Indexed on: 24 Jan '15Published on: 24 Jan '15Published in: Cytogenetic and genome research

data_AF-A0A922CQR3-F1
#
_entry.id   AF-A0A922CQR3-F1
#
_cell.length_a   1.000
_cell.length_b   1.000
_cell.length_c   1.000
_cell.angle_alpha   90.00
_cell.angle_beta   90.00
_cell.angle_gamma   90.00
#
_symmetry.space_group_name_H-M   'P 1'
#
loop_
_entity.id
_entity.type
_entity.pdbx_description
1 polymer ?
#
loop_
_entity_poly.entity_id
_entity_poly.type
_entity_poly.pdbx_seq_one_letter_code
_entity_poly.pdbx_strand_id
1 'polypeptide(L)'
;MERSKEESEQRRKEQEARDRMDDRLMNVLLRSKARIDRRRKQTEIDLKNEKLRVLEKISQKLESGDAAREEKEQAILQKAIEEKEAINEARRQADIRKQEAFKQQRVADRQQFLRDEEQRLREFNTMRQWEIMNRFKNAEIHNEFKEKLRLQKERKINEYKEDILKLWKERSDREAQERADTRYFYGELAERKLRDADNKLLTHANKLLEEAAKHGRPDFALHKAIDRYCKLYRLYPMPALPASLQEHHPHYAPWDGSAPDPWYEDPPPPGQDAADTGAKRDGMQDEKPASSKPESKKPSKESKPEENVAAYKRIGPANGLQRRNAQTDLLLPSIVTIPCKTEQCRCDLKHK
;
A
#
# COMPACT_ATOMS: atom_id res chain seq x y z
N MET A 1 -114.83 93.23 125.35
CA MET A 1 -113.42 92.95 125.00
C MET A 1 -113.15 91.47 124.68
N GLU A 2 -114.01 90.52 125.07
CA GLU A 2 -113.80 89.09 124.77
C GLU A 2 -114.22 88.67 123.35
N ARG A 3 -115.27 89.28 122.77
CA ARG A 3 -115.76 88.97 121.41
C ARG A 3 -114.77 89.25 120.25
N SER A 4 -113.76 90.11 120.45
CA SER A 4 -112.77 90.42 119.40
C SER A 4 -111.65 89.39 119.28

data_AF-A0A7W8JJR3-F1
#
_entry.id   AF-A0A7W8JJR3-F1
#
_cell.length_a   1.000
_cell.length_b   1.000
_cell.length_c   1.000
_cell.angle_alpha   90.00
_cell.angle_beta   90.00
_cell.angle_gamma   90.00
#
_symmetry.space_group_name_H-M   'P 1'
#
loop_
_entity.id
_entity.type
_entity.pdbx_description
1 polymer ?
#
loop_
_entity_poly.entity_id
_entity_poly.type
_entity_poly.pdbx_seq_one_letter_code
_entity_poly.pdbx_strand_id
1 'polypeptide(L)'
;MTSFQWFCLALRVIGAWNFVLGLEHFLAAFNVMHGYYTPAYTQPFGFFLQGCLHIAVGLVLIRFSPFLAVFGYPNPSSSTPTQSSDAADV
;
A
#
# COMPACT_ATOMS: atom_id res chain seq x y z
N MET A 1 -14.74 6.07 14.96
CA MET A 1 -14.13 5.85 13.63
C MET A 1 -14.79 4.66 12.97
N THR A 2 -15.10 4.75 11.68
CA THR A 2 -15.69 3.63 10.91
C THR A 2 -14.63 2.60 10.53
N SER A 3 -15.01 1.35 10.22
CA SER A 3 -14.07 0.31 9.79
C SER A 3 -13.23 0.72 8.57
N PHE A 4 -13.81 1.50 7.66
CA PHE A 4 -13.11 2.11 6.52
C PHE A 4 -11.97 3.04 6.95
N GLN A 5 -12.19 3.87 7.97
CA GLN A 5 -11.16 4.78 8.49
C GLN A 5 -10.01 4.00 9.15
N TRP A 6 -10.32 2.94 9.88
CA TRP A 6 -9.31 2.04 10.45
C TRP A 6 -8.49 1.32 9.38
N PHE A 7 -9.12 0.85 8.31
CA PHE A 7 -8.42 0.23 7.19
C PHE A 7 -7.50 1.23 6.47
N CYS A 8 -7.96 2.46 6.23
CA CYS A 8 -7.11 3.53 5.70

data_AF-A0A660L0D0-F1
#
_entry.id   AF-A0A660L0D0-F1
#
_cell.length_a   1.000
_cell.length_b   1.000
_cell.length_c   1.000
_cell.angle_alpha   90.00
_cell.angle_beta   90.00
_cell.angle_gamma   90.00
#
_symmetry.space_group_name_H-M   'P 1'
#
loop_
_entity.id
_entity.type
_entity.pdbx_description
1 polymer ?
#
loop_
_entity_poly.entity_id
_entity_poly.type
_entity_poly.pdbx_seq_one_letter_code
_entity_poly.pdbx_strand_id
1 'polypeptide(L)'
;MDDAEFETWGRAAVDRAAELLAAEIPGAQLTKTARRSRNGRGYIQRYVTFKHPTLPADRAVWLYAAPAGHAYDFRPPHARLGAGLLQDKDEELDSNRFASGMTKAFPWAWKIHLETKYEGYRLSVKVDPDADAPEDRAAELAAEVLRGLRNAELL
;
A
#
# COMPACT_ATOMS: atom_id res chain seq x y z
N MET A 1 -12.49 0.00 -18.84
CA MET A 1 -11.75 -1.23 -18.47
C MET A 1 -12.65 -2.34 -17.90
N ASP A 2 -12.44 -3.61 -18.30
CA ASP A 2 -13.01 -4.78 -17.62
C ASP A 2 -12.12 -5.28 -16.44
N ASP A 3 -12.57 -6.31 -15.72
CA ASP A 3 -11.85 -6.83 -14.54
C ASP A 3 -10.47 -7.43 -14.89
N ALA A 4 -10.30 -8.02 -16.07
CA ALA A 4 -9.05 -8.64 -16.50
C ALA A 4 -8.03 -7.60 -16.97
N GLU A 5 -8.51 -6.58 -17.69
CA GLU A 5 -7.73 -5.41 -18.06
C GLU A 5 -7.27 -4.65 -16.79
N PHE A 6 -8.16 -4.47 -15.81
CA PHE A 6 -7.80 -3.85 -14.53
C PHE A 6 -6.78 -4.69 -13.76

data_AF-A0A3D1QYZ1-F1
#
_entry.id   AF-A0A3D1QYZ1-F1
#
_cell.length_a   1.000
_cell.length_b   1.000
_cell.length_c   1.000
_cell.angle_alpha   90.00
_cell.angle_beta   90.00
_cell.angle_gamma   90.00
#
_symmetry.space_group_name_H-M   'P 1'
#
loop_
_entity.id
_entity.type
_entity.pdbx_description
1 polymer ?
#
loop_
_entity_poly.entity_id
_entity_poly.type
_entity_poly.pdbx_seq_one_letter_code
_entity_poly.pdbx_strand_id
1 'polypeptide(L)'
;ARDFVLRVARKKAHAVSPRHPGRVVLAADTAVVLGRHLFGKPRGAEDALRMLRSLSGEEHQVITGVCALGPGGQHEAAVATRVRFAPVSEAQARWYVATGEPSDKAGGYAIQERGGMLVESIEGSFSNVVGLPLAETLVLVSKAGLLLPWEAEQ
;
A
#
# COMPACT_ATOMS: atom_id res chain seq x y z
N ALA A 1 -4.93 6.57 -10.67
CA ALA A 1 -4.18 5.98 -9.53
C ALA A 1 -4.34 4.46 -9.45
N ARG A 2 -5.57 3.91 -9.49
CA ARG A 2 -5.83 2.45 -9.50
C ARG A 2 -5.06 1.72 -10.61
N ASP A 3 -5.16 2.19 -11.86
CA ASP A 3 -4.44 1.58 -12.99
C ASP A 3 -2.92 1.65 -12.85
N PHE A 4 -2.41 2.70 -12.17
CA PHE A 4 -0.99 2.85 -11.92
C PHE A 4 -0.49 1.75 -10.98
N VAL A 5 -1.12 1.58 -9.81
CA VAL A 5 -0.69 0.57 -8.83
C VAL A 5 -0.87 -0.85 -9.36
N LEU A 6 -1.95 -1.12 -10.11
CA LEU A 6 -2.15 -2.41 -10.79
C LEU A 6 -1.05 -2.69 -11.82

The origin of supernumerary (B) chromosomes is still a debated topic, with intra- and interspecific origins being the most plausible options. In the bee Partamona helleri, a sequence-characterized amplified region (SCAR) marker being specific to B chromosomes suggested the possibility of interspecific origin. Here, we search for this marker in 3 close relative species and perform DNA sequence comparison between species. The SCAR sequence does not show homology with other sequences in the databases, but does contain an open reading frame with sequence homology with a reverse transcriptase. Dot-blot hybridization using the SCAR marker as a probe confirmed that it is present in B-carrying, but not B-lacking larvae of P. helleri, and indicated its presence in adult individuals of P. cupira and P. criptica. Additionally, PCR amplification of the SCAR marker was successful on genomic DNA obtained from P. helleri and P. rustica larvae carrying B chromosomes, and on genomic DNA obtained from adult individuals of P. cupira, P. criptica and P. rustica. Finally, a comparison of the DNA sequence of the SCAR markers amplified from these 4 species showed very few nucleotide differences between the species. The complete association between B chromosome and SCAR presence and the scarce divergence observed for this DNA sequence between the 4 species analyzed suggest the possibility that this B chromosome has recently been transferred between species through several episodes of interspecific hybridization.